FOR RELEASE SEPTEMBER 28, 1961

CONGRESSMAN'S REPORT

By Morris K. Udall

NO POSTAL INCREASES THIS SESSION

The House Post office and Civil Service Committee, on which I serve, voted out September 7 a bill to increase postal rates and thus cut the postal deficit. It was not a very good bill but it was better than none. The bill will not be acted on in this session of Congress.

If we don't raise rates the post office deficit is going to hit $1 billion a year in 1962. This is wrong, and it is serious. Budget deficits are made up of a number of items and this is one of the largest.

The Kennedy Administration had been pushing a bill to raise an additional
$741 million a year. The bill which emerged from the widely-split committee
would raise $521 million when all new rates were in effect.

PROPOSED RATES

As reported from committee, the postal bill would raise regular first class rates from 4 to 5 cents for letters, 3 to 4 cents for post cards. Airmail would be increased from 7 to 8 cents for letters, 5 to 6 cents for cards.

Higher rates would go into effect also for second class--newspapers, and magazines--and for third class--largely advertising circulars, catalogs, small parcels.

INJUSTICES

Regular first class and airmail now just about cover costs of handling. The proposed rates would boost revenues to 123 per cent of costs. However, it can be argued that certain intangibles, such as priority in delivery and the guarantee of secrecy, increase the value of first class service beyond measurable costs.

Even with the proposed higher rates, newspapers and magazines would still only pay 28 per cent of costs. They now pay 23 per cent.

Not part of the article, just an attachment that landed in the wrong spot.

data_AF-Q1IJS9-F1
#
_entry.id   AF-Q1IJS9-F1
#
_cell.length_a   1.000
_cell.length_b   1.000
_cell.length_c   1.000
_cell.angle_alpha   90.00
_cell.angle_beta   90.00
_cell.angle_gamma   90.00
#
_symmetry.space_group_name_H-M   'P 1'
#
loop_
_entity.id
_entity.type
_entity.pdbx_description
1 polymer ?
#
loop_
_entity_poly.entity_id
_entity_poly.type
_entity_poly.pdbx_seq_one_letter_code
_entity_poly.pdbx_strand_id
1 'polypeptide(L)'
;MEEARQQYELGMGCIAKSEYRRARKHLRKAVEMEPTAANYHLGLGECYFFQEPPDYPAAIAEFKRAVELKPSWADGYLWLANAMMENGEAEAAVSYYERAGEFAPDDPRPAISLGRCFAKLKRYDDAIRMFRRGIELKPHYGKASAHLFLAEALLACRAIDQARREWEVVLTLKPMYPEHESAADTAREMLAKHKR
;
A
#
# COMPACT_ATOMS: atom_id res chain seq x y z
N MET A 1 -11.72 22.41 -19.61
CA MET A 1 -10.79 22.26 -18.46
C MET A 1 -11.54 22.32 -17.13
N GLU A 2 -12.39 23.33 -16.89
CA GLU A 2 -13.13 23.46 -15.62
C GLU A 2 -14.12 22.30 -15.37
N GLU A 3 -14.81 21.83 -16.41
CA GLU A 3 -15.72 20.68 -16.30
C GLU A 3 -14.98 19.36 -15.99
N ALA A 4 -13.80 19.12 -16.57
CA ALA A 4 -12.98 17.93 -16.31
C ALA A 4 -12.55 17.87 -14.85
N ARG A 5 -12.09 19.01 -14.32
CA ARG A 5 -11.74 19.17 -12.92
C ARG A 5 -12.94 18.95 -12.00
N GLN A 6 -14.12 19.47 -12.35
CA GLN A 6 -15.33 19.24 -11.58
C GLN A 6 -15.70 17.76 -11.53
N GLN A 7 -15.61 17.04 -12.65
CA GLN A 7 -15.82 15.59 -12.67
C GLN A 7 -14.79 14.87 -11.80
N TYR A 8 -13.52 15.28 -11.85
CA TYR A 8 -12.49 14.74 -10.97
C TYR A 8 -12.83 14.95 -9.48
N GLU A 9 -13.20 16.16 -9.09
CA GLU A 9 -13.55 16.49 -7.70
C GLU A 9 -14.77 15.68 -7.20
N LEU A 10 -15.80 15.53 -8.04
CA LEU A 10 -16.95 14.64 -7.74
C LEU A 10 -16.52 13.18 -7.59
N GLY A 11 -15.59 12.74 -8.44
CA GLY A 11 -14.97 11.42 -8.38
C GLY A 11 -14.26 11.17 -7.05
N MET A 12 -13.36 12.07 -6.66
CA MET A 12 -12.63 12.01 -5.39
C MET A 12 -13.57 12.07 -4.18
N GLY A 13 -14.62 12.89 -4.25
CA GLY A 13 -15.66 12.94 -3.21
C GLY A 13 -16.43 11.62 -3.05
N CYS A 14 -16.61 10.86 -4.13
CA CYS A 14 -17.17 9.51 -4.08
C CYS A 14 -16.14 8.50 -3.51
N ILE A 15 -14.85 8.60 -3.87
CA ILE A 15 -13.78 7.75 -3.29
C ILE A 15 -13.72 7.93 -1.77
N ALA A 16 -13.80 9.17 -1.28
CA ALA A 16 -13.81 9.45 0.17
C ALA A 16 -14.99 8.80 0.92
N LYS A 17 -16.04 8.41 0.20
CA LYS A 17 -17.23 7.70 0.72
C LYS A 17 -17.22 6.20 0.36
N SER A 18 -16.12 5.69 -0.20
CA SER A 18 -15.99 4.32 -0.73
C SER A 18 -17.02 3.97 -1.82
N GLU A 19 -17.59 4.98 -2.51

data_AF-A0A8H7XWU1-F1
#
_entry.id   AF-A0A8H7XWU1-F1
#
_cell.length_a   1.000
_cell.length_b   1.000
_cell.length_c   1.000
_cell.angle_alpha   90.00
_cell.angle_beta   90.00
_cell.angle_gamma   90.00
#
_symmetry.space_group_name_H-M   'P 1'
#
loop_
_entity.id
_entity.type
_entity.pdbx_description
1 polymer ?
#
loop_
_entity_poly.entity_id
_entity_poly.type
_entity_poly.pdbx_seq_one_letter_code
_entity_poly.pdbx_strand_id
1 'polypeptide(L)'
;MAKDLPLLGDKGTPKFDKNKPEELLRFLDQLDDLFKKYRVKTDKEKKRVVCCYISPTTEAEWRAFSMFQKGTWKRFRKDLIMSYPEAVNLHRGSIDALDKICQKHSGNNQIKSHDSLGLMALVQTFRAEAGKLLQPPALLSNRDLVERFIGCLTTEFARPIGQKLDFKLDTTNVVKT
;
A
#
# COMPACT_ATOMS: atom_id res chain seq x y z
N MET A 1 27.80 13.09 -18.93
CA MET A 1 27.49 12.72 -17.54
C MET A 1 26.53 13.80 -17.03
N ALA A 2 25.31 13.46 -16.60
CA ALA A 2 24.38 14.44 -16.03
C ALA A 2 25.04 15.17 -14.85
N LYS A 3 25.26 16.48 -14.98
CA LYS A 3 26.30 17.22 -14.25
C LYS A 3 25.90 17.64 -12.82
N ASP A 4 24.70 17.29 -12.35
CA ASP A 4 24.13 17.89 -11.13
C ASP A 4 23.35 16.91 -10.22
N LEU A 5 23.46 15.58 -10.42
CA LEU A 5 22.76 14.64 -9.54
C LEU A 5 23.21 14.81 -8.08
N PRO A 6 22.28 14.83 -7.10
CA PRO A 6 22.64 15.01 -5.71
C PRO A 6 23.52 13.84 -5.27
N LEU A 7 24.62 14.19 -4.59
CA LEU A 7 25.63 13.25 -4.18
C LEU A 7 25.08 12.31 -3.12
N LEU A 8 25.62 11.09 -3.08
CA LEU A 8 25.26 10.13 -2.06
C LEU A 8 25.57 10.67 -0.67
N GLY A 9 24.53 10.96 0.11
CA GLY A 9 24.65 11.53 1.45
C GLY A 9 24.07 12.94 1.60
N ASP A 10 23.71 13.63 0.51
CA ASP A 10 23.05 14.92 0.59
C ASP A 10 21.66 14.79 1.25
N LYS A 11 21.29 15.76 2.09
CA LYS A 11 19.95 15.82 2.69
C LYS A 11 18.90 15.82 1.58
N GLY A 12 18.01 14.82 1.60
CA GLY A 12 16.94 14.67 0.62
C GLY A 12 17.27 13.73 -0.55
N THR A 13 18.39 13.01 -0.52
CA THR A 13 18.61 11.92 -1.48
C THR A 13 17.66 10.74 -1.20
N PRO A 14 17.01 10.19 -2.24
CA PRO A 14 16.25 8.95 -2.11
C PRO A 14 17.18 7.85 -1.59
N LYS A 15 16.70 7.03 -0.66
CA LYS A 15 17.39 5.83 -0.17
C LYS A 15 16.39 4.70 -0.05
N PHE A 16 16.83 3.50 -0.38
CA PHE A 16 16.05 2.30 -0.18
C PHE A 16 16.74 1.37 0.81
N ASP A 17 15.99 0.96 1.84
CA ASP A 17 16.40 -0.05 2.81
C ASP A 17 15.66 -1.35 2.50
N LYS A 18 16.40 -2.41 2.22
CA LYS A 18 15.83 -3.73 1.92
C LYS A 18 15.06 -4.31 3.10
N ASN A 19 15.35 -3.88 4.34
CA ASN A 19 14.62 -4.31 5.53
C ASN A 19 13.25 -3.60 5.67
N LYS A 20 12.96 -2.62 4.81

Third class (so called "junk mail"), now paying 67 per cent of costs, would still pay only 78 per cent.

In the coming session I intend to introduce a new bill which will make all classes of mail pay their own way.

COMMUNIST MAIL

The committee's bill would have prohibited the mailing--regardless of postage--of material determined by the Attorney General to be Communist propaganda. The bill did not spell out how the Attorney General is to tell if an envelope contains Communist propaganda.

I belong to a subcommittee which is scheduled, in the coming months, to study the mailing of Communist propaganda. Meanwhile, I am asking persons who receive such propaganda in the mail to send it to my office along with the envelope in which it came.

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Previous Report: September 7, 1961 -- Civil Defense Gets a New Look
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